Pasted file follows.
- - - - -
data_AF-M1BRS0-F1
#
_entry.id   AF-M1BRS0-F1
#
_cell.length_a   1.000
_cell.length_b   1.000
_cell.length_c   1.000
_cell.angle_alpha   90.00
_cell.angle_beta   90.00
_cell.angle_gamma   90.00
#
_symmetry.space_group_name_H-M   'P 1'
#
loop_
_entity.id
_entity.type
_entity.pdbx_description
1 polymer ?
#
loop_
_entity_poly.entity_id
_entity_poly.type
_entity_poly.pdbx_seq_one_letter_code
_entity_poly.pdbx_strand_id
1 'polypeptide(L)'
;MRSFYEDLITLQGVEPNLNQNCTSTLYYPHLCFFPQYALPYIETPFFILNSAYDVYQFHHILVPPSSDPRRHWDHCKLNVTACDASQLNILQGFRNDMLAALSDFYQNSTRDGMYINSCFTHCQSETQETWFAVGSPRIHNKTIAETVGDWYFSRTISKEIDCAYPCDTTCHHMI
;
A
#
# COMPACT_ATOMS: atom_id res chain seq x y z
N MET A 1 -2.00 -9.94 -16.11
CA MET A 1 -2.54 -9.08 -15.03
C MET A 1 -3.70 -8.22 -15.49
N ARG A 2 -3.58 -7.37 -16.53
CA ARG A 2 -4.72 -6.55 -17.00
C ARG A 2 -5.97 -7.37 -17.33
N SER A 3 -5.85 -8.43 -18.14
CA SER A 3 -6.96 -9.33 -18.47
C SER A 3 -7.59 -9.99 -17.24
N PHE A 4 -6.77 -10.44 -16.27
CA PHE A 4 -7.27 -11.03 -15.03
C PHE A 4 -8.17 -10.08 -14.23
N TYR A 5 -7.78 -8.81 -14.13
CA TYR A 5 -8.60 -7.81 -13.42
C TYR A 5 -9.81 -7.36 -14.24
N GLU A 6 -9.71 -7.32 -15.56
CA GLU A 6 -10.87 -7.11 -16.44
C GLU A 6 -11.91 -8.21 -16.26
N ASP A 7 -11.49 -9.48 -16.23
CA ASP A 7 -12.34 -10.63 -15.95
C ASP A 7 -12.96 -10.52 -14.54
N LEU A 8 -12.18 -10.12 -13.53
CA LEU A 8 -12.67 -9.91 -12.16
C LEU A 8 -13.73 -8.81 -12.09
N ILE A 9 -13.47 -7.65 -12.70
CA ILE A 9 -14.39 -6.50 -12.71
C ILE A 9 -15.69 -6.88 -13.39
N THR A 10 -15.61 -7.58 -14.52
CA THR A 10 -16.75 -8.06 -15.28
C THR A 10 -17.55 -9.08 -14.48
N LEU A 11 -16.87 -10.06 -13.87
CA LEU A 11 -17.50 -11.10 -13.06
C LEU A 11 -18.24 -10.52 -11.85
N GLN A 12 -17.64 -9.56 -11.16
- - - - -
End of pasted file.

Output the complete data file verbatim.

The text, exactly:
data_AF-M1BRS0-F1
#
_entry.id   AF-M1BRS0-F1
#
_cell.length_a   1.000
_cell.length_b   1.000
_cell.length_c   1.000
_cell.angle_alpha   90.00
_cell.angle_beta   90.00
_cell.angle_gamma   90.00
#
_symmetry.space_group_name_H-M   'P 1'
#
loop_
_entity.id
_entity.type
_entity.pdbx_description
1 polymer ?
#
loop_
_entity_poly.entity_id
_entity_poly.type
_entity_poly.pdbx_seq_one_letter_code
_entity_poly.pdbx_strand_id
1 'polypeptide(L)'
;MRSFYEDLITLQGVEPNLNQNCTSTLYYPHLCFFPQYALPYIETPFFILNSAYDVYQFHHILVPPSSDPRRHWDHCKLNVTACDASQLNILQGFRNDMLAALSDFYQNSTRDGMYINSCFTHCQSETQETWFAVGSPRIHNKTIAETVGDWYFSRTISKEIDCAYPCDTTCHHMI
;
A
#
# COMPACT_ATOMS: atom_id res chain seq x y z
N MET A 1 -2.00 -9.94 -16.11
CA MET A 1 -2.54 -9.08 -15.03
C MET A 1 -3.70 -8.22 -15.49
N ARG A 2 -3.58 -7.37 -16.53
CA ARG A 2 -4.72 -6.55 -17.00
C ARG A 2 -5.97 -7.37 -17.33
N SER A 3 -5.85 -8.43 -18.14
CA SER A 3 -6.96 -9.33 -18.47
C SER A 3 -7.59 -9.99 -17.24
N PHE A 4 -6.77 -10.44 -16.27
CA PHE A 4 -7.27 -11.03 -15.03
C PHE A 4 -8.17 -10.08 -14.23
N TYR A 5 -7.78 -8.81 -14.13
CA TYR A 5 -8.60 -7.81 -13.42
C TYR A 5 -9.81 -7.36 -14.24
N GLU A 6 -9.71 -7.32 -15.56
CA GLU A 6 -10.87 -7.11 -16.44
C GLU A 6 -11.91 -8.21 -16.26
N ASP A 7 -11.49 -9.48 -16.23
CA ASP A 7 -12.34 -10.63 -15.95
C ASP A 7 -12.96 -10.52 -14.54
N LEU A 8 -12.18 -10.12 -13.53
CA LEU A 8 -12.67 -9.91 -12.16
C LEU A 8 -13.73 -8.81 -12.09
N ILE A 9 -13.47 -7.65 -12.70
CA ILE A 9 -14.39 -6.50 -12.71
C ILE A 9 -15.69 -6.88 -13.39
N THR A 10 -15.61 -7.58 -14.52
CA THR A 10 -16.75 -8.06 -15.28
C THR A 10 -17.55 -9.08 -14.48
N LEU A 11 -16.87 -10.06 -13.87
CA LEU A 11 -17.50 -11.10 -13.06
C LEU A 11 -18.24 -10.52 -11.85
N GLN A 12 -17.64 -9.56 -11.16